Present PerfectVerb To SeeAFFIRMATIVEI have seenYou have seenHe/ she/ it has seenWe have seenYou have seenThey have seenI sawYou sawHe/ she/ it sawWe sawYou sawThey sawPast Simplesubject Have/ has Past participleSubject Past Simple - list
Present PerfectVerb To SeeNEGATIVEI haven’t seenYou haven’t seenHe/ she/ it hasn’t seenWe haven’t seenYou haven’t seenThey haven’t seenI didn’t seeYou didn’t seeHe/ she/ it didn’t seeWe didn’t seeYou didn’t seeThey didn’t seePast Simplesubject Have/ has +not Past participle Subject Didn’t Infinitive
Present PerfectVerb To SeeINTERROGATIVEhave I seenhave you seenhas He/ she/ it seenhave We seenhave you seenhave they seenDid I seeDid You seeDid He/ she/ it seeDid We seeDid You seeDid They seePast SimpleHave/ has subject Past participle Did Subject Infinitive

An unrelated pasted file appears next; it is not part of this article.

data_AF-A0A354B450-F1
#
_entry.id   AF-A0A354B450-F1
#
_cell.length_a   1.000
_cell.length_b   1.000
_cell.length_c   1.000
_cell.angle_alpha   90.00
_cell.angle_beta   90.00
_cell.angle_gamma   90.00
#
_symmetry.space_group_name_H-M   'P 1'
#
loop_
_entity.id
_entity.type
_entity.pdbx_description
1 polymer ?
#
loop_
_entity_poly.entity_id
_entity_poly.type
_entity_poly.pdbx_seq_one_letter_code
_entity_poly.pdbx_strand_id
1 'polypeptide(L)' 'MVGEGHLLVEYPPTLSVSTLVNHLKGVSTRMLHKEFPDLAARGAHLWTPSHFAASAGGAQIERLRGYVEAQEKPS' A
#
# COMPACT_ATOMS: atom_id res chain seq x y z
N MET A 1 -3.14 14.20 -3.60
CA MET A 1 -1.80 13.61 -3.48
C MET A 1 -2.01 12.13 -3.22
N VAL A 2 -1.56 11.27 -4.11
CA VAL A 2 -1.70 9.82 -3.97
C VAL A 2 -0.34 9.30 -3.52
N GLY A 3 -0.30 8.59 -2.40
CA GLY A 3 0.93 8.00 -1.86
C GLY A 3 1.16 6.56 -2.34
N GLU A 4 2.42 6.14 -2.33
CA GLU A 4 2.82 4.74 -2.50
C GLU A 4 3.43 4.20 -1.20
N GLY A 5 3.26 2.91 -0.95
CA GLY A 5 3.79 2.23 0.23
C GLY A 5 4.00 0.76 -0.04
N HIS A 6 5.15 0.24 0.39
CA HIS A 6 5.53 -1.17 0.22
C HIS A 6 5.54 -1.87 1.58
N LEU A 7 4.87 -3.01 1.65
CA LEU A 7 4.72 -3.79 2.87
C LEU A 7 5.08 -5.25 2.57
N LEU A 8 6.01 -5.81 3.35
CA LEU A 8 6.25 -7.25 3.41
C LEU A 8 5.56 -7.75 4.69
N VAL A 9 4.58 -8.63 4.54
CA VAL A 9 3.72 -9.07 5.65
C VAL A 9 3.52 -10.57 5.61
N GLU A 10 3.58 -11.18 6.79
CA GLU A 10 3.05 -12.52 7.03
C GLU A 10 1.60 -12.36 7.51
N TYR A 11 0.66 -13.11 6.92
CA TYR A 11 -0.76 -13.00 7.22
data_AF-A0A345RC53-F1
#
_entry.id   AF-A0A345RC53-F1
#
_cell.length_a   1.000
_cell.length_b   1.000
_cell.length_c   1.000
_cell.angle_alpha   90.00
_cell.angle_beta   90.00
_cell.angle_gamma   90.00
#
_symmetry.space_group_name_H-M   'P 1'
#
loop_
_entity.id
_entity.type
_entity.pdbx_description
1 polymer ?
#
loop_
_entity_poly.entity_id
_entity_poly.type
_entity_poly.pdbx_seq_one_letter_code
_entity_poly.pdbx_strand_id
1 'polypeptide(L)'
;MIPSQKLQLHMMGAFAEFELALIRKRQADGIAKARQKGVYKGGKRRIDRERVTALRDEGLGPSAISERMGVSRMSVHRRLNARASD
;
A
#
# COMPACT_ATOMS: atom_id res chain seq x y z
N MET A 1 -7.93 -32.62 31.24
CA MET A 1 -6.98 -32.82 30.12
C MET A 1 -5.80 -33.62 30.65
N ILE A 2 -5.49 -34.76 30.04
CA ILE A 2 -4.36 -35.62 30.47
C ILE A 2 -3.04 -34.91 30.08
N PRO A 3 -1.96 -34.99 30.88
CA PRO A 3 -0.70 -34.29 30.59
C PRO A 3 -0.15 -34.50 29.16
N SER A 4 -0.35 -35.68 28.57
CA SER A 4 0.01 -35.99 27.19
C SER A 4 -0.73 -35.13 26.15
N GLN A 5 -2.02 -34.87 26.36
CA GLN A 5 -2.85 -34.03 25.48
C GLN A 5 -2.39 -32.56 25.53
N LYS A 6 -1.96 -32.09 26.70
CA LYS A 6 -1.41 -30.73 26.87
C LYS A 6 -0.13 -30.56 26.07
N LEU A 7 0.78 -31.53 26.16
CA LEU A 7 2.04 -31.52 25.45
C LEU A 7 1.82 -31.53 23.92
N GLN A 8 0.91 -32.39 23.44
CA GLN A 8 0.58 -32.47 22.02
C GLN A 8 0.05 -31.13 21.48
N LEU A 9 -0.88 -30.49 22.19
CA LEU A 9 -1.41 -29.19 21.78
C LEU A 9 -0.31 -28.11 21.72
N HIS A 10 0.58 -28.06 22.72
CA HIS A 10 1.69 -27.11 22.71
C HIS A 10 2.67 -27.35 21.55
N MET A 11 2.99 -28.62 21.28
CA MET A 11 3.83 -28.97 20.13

We don’t sayexactly whenthe actionhappened.Present PerfectWe say exactlywhen theactionhappened.Past simple
PRESENT PERFECT• I have been to Londonbut I haven’t been toOxford.(past experience)• I’ve cut my finger.(recent past action)• They have been marriedfor 20 years.(unfinished states)PAST SIMPLE• I was in London lastsummer.(on one specific ocasion)• I cut my finger last night.(I say when)• He was married to Jane3 years.(he is not married now)
With the presentperfect, we talkabout the presentresults or theeffects of the pastactions.Present Perfect Past simpleWith the pastsimple, we talkabout whathappened in thepast.
Present PerfectEverNeverJustAlreadyYetSinceForWhen we ask or talk about past experiences. They gobefore the main verb.Have you ever been to Italy?/I’ve never been to Italy.Just and already go before the main verb in+ sentences, yet goes at the ende of-sentences and ?With a point of time: since 2004With a period of time: for two weeks
Past simpleYesterdayLast week/month/year/lesson3 years ago1997